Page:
Without publishing an announcement Google has removed right sidebar ads from desktop browser search pages, now showing up to 4 paid ads at the top of searches before organic search results and up to 3 at the bottom of SERPs (search engine results pages). I'd like to think Google's update was inspired by the latest web design trends of 2016 which are shifting towards minimalism, simplicity, fewer simultaneous choices, and other feng-shui-like principles.
The change will significantly affect click-through rates and likely cost per click paid by advertisers for existing Google Adwords campaigns, especially for high traffic commercial keywords. The SEM Post reports that Adwords staff have confirmed that this change will be worldwide and permanent.
Previously high traffic searches would have 3 text ads at the top which will now change to 4 for highly commercial searches. The term 'commercial searches' will likely be any searches that yield high advertising revenue such as high CPC (Cost Per Click) and high volume search results with commercial intent.
Mobile search browsers won't see any changes for the time being and still display 3 text ads at the top of the page with up to 3 ads at the bottom of each search results page.
Google has been making lots of subtle changes to their search results page for a long time now, often performing many different experiments simultaneously across millions of users to optimize the experience of users based on changes in behavior patterns.
The removal of right sidebar ads, which are often ignored by savvy Google searchers, may be part of a longer-term strategy of Google attempting to make the right sidebar more useful and eventually more profitable through other forms of enhanced and more trustworthy content delivery. So just when you were about to sit back and enjoy the new whitespace of Google's new search page web design, you may need to start getting used seeing new more useful content there.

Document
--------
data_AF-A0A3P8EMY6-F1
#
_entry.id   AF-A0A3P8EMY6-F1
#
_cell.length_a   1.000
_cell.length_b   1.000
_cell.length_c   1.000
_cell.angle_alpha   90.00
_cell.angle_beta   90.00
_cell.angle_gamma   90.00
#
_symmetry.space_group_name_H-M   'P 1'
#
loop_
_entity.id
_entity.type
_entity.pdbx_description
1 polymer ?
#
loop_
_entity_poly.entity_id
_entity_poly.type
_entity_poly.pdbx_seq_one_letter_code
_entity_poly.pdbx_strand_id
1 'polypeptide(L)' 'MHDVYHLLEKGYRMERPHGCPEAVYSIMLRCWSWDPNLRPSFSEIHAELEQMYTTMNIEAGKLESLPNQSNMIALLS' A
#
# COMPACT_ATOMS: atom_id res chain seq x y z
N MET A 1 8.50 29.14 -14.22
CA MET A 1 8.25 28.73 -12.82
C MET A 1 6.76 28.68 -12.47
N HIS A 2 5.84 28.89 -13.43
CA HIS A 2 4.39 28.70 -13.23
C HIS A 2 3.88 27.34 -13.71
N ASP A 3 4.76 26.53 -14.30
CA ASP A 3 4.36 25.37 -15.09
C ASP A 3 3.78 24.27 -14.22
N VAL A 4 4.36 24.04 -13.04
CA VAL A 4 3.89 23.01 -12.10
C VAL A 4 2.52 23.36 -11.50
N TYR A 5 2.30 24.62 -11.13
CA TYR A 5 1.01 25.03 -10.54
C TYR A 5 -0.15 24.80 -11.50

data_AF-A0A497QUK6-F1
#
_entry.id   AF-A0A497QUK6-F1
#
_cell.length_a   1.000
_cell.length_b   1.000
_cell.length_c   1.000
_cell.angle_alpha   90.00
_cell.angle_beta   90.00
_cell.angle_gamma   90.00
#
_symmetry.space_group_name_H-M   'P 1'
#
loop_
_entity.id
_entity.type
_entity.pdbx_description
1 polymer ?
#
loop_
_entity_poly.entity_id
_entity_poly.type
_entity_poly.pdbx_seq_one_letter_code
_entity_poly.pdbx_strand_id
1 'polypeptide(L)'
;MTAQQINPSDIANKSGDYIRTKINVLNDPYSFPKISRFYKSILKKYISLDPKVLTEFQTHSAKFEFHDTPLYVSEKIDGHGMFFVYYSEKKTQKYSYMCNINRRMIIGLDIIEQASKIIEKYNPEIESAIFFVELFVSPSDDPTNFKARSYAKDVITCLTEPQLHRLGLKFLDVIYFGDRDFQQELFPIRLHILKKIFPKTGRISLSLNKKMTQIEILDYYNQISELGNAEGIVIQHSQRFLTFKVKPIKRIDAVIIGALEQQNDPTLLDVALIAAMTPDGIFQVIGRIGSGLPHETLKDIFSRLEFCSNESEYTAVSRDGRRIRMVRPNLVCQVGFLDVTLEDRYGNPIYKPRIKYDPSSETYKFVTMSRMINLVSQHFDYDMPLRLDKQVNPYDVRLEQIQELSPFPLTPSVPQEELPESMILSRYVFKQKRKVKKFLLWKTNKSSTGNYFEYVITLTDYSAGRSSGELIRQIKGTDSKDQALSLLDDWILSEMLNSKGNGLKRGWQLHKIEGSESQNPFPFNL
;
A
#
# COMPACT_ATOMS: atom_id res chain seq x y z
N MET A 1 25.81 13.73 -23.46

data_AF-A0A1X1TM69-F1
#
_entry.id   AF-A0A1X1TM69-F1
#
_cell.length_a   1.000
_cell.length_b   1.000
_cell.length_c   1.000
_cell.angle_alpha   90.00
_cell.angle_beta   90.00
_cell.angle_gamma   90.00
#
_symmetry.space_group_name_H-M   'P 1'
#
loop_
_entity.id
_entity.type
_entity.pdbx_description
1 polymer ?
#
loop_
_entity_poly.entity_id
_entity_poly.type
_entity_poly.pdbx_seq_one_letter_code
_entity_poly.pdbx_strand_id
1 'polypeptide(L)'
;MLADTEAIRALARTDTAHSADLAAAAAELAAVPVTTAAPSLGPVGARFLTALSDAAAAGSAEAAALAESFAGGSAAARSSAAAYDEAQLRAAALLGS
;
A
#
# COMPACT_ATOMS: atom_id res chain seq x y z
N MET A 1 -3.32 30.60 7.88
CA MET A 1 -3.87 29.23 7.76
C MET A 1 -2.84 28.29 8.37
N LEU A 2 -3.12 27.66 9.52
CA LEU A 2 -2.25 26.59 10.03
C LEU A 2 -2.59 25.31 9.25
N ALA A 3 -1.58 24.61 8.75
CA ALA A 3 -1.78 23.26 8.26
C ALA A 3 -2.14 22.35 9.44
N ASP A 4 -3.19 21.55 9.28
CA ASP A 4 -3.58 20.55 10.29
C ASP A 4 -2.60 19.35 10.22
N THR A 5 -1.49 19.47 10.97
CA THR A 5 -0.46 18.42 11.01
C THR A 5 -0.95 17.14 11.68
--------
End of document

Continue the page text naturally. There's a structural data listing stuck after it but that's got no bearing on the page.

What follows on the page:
Examples of these shifts can be seen when searching for popular music groups which produce a wikipedia type fact chart where the right sidebar ads used to be. The change may also be partly associated with revenue models Google has calculated related to trends in revenue from ads in the sidebar compared to ads placed above organic content.
Either way, I'd like to say a big AMEN to whoever at Google had the smart idea to remove a little more clutter from our lives. They've done a great job of keeping their homepage clutter-free for so many year. Perhaps Google is now making this change in response to new trends in web design that are moving websites towards more simple, light-weight, and less cluttered designs for people searching for valuable information online.